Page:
Thermocavitation is a mechanism induced by a focused CW laser beam into a high absorbing solution. As a result an
overheated region is created followed by explosive phase transition and consequently the formation of an expanding
bubble. Once the bubble reaches a cooler region it collapses very rapidly crating a shock wave. Thermocavitation can be
a useful tool for the generation of ultrasonic waves and controlled ablation with the important difference compared with
pulsed lasers that low power lasers are required. In particular, the above mentioned pressure waves may be capable of producing damage to substrates, for example, in metallic and dielectric thin films. In this work, we present an application of the thermocavitation phenomena which consist in the formation of micro-holes on thin films of titanium and Indium Tin Oxide (ITO) deposited on glass substrate. The micro holes can be employed as a micrometer light sources or spatial filters.
Novel results are presented on thermocavitation in highly absorbing solutions using CW low power
laser (λ=975 nm). Due to the large absorption coefficient (135 cm-1) at the laser wavelength,
penetration length is only ~74μm inside the liquid and asymmetric bubbles are generated near the
beam's entrance wall. We report the temporal dynamic of the cavitation bubble, which is much shorter
than previously reported. We found that the amplitude of the shock wave decreases exponentially with
the beam power. As shown in this work, thermocavitation is a phenomenon that has a great application
potential in areas such as ultrasonic waves generation and controlled tissue ablation for use in
We demonstrate the possibility to collect DNA molecules from solution on beads trapped by a focused laser beam close to the cell bottom. The combined action of laser-induced flow and laser pressure keeps the bead in place while the flow deposits the DNA. We show that the combined action of walls and volume absorption can control the direction and magnitude of the induced convention flow. We report trapping of viral bacterial DNA on micrometer size beads with laser power in the mW range.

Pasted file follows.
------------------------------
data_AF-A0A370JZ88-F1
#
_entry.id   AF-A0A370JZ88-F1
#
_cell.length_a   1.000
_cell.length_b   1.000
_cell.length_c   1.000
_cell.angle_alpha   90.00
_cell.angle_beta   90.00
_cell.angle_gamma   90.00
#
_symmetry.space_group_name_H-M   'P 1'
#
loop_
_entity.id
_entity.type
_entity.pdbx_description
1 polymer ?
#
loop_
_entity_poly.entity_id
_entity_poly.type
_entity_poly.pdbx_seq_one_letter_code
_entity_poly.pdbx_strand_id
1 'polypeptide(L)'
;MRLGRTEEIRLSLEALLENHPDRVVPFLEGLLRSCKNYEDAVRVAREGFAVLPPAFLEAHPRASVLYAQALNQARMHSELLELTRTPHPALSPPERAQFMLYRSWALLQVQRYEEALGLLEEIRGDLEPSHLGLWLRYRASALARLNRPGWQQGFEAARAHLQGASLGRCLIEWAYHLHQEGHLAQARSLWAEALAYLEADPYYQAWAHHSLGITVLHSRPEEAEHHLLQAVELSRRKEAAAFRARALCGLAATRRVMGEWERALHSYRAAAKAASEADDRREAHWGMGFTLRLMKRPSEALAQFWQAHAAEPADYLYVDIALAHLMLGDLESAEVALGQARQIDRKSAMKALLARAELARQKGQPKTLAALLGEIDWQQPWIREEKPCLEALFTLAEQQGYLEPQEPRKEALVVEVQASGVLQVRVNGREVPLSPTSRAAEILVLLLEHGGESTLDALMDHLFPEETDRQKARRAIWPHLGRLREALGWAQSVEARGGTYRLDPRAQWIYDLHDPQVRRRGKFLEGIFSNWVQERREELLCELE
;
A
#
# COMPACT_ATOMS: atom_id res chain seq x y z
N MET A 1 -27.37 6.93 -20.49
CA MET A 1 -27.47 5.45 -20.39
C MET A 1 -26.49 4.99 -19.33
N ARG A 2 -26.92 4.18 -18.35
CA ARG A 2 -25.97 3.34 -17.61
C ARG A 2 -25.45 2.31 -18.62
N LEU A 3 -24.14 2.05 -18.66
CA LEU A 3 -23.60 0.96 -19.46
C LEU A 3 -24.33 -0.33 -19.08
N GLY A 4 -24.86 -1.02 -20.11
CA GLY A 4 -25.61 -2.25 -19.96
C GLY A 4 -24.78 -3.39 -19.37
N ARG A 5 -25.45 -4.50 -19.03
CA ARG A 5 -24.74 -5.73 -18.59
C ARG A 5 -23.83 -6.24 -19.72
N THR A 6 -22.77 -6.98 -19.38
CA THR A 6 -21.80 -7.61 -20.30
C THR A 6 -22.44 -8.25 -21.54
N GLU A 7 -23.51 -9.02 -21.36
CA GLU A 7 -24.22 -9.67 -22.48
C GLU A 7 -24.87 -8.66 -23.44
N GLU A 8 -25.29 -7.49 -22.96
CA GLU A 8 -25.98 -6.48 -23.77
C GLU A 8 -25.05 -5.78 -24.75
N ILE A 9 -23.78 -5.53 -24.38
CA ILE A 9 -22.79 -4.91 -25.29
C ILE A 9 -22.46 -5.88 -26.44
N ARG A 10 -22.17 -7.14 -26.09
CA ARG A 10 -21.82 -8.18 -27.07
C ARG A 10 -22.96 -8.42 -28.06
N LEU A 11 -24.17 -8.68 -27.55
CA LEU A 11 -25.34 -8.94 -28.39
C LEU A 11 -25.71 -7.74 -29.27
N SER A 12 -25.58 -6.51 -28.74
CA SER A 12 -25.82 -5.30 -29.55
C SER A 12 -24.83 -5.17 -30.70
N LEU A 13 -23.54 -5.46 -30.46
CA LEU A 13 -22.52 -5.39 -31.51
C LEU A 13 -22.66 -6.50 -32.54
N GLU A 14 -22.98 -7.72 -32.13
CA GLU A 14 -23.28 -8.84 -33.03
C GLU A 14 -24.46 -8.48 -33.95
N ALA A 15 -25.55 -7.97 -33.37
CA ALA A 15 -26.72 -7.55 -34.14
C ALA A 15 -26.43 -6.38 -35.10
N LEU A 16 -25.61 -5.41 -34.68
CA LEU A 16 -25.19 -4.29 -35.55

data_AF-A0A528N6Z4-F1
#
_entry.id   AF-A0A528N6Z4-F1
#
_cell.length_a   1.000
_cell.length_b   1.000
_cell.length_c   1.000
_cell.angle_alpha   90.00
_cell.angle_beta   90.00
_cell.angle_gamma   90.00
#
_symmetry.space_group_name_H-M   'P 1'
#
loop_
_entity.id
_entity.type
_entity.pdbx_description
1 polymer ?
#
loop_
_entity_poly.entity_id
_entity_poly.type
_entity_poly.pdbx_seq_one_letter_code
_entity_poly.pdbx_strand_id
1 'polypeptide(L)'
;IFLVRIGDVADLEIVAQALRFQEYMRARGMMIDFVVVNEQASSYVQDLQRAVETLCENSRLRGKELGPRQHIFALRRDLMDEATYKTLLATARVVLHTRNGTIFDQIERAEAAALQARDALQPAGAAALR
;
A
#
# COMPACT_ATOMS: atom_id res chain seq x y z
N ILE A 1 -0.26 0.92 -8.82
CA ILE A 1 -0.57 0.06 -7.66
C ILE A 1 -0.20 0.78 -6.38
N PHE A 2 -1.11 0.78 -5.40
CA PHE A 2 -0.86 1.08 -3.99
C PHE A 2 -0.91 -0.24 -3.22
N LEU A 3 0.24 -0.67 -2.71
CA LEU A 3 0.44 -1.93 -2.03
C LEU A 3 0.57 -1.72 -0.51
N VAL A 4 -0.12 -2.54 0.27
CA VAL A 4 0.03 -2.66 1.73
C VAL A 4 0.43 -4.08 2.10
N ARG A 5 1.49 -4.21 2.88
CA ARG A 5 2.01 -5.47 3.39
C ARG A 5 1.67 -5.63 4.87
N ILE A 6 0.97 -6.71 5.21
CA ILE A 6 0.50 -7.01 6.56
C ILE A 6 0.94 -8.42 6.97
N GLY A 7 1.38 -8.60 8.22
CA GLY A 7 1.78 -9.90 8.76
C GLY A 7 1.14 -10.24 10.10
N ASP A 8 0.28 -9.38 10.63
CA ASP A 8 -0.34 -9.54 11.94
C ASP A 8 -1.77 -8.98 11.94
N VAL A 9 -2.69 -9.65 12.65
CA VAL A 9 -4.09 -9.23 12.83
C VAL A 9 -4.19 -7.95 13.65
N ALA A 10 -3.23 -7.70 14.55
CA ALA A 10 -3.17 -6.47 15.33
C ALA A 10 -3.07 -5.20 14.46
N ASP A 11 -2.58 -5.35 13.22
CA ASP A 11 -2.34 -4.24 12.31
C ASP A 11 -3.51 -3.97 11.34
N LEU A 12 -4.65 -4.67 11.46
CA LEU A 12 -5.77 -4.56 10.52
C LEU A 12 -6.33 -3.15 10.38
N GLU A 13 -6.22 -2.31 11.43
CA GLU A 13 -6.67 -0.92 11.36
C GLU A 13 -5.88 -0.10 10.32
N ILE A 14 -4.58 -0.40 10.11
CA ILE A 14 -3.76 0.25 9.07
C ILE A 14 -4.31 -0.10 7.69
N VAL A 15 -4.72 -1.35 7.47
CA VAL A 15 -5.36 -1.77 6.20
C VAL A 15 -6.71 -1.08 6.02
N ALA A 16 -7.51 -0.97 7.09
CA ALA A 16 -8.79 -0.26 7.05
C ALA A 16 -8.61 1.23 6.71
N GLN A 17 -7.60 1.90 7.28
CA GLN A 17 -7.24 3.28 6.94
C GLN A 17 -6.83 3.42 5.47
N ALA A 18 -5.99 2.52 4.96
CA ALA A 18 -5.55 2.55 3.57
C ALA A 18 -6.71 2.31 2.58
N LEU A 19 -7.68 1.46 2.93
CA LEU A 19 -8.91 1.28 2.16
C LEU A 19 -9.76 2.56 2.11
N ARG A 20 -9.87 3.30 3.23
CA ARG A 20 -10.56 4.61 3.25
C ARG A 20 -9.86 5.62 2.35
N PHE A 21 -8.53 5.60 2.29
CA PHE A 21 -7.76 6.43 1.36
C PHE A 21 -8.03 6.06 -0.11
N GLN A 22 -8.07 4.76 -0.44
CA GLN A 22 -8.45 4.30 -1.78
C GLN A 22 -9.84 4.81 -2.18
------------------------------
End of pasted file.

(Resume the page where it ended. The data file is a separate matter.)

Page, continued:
Laser induced cavitation bubbles in water results from either dielectric breakdown or the fast evaporation due to
radiation absorption. The bubbles expand, reach a maximum radius and then supersonically collapse producing a by
shock wave. So far, laser induced cavitation has been observed by using short pulsed (femto to nanosecond) lasers. In
this report, we observe laser induced cavitation bubbles by using relatively low power (200 mW) cw light sources. A
beam from a cw Nd:YAG laser (λ=1.064 μm) is tightly focused on saturated solution of copper nitrate salt. The large
absorption coefficient at the illumination wavelength produces large thermal gradients and high peak temperatures
leading to the formation of cavitation bubbles near the solution-glass interface. The collapse of the bubbles is so violent
that they can be listened without any special device. Cavitation appears at quite regular time escales. The frequency of
bubble formation depends on the laser intensity reaching frequencies as high as 4 KHz. We present detailed
experimental results on the bubble formation using a phase contrast, light scattering and hydrophones.